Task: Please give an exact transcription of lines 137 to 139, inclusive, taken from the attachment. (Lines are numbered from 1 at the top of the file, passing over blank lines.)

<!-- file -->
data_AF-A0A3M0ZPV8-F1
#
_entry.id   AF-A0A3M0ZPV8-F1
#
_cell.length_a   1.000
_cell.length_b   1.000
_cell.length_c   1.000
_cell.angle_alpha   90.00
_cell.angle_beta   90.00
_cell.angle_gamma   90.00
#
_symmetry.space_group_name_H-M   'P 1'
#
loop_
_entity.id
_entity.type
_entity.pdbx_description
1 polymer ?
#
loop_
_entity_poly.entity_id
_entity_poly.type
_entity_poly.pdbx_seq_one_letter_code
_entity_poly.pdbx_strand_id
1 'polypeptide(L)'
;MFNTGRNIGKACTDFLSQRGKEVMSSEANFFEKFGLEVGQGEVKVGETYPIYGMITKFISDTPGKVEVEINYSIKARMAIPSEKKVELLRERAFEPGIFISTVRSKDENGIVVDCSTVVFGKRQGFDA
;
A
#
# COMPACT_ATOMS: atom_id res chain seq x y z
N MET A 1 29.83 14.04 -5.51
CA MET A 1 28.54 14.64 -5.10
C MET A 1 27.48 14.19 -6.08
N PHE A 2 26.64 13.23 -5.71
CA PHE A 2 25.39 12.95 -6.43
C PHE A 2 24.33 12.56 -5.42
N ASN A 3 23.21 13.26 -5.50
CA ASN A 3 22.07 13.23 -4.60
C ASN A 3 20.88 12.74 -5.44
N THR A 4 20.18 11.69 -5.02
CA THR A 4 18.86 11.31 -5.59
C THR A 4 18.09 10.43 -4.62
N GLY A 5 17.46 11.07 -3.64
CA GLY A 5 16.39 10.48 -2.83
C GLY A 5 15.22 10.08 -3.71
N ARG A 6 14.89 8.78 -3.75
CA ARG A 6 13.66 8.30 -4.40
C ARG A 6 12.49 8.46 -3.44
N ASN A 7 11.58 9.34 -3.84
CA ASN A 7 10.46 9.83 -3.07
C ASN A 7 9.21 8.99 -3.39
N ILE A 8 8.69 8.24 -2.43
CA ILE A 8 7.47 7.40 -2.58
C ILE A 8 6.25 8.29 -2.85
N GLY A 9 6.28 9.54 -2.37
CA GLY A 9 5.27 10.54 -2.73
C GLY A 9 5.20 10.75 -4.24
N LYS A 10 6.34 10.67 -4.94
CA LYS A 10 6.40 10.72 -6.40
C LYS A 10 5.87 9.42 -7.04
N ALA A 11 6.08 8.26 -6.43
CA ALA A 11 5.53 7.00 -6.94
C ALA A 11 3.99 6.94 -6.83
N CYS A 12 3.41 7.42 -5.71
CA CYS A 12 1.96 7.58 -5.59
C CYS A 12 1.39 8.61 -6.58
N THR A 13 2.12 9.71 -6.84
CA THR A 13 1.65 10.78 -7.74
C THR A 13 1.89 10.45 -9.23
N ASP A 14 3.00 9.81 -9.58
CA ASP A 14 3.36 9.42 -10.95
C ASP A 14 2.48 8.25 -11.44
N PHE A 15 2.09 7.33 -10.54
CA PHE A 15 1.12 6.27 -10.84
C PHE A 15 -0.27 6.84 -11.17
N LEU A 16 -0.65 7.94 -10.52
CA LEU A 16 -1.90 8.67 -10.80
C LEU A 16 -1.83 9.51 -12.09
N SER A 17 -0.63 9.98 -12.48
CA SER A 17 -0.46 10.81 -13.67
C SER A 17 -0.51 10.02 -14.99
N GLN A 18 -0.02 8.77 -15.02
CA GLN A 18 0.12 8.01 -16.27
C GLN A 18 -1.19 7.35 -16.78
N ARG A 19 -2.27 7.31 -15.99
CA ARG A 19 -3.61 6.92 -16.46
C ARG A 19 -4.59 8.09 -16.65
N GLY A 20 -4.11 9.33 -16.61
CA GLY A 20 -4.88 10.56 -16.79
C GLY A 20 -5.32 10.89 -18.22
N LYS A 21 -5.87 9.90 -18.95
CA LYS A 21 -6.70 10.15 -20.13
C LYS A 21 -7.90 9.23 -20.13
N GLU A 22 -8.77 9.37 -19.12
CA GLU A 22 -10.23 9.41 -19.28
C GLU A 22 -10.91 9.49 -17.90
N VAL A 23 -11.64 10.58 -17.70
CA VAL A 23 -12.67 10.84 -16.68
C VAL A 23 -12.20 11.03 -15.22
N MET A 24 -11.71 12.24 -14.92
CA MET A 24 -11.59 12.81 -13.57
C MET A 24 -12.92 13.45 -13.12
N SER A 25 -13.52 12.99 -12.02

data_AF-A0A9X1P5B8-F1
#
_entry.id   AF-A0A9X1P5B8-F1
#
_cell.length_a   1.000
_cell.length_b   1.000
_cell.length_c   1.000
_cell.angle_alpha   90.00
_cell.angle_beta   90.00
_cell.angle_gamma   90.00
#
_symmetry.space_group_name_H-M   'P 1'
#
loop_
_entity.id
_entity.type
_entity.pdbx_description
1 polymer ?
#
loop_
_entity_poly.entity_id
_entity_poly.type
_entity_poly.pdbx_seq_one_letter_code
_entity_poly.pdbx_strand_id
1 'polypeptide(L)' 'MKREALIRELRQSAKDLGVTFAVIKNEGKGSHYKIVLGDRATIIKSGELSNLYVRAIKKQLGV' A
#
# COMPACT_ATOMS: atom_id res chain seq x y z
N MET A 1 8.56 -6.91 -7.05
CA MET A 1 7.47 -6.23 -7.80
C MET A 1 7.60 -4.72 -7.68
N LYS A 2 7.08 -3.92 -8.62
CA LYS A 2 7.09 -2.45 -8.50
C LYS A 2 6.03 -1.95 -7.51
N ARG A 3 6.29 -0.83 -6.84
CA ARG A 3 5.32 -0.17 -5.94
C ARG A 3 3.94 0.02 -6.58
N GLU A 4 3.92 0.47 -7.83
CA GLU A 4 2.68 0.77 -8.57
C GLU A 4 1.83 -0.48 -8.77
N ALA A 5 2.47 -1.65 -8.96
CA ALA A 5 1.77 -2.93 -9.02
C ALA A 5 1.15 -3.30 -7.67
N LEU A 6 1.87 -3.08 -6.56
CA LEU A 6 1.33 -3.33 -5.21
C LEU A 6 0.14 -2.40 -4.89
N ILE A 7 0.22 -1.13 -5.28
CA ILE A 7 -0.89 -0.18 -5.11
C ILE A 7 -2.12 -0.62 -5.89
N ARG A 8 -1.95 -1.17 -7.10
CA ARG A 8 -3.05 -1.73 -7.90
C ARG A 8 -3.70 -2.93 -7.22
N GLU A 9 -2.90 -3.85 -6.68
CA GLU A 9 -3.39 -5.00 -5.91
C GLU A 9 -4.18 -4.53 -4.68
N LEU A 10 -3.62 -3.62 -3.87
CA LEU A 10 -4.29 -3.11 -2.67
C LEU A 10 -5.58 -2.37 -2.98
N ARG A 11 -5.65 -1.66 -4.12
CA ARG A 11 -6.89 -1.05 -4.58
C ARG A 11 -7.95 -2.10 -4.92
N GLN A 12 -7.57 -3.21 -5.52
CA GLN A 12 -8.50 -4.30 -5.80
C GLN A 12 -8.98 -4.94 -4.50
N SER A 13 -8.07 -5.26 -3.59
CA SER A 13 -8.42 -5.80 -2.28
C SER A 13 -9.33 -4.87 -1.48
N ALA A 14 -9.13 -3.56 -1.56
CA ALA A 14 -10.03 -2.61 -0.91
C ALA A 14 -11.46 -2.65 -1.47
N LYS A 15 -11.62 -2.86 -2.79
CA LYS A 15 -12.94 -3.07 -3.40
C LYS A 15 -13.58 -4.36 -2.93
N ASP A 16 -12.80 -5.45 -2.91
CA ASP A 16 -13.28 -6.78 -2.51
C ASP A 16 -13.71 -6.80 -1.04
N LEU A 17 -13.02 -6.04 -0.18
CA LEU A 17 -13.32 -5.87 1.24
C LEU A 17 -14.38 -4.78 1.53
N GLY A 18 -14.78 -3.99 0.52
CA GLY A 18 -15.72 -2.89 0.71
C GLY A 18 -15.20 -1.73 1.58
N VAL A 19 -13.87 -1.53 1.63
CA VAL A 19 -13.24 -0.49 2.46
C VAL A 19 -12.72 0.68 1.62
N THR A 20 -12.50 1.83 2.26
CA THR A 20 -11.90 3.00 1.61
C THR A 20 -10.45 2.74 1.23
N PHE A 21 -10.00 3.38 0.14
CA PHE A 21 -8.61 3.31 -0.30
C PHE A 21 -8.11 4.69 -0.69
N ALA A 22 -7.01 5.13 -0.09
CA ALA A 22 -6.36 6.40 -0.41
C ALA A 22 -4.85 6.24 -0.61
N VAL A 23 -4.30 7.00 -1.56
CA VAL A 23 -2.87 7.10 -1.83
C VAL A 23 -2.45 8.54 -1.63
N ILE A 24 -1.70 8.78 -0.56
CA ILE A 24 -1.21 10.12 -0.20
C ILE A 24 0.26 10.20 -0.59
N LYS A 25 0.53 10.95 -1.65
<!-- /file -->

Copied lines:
N ARG A 3 6.29 -0.83 -6.84
CA ARG A 3 5.32 -0.17 -5.94
C ARG A 3 3.94 0.02 -6.58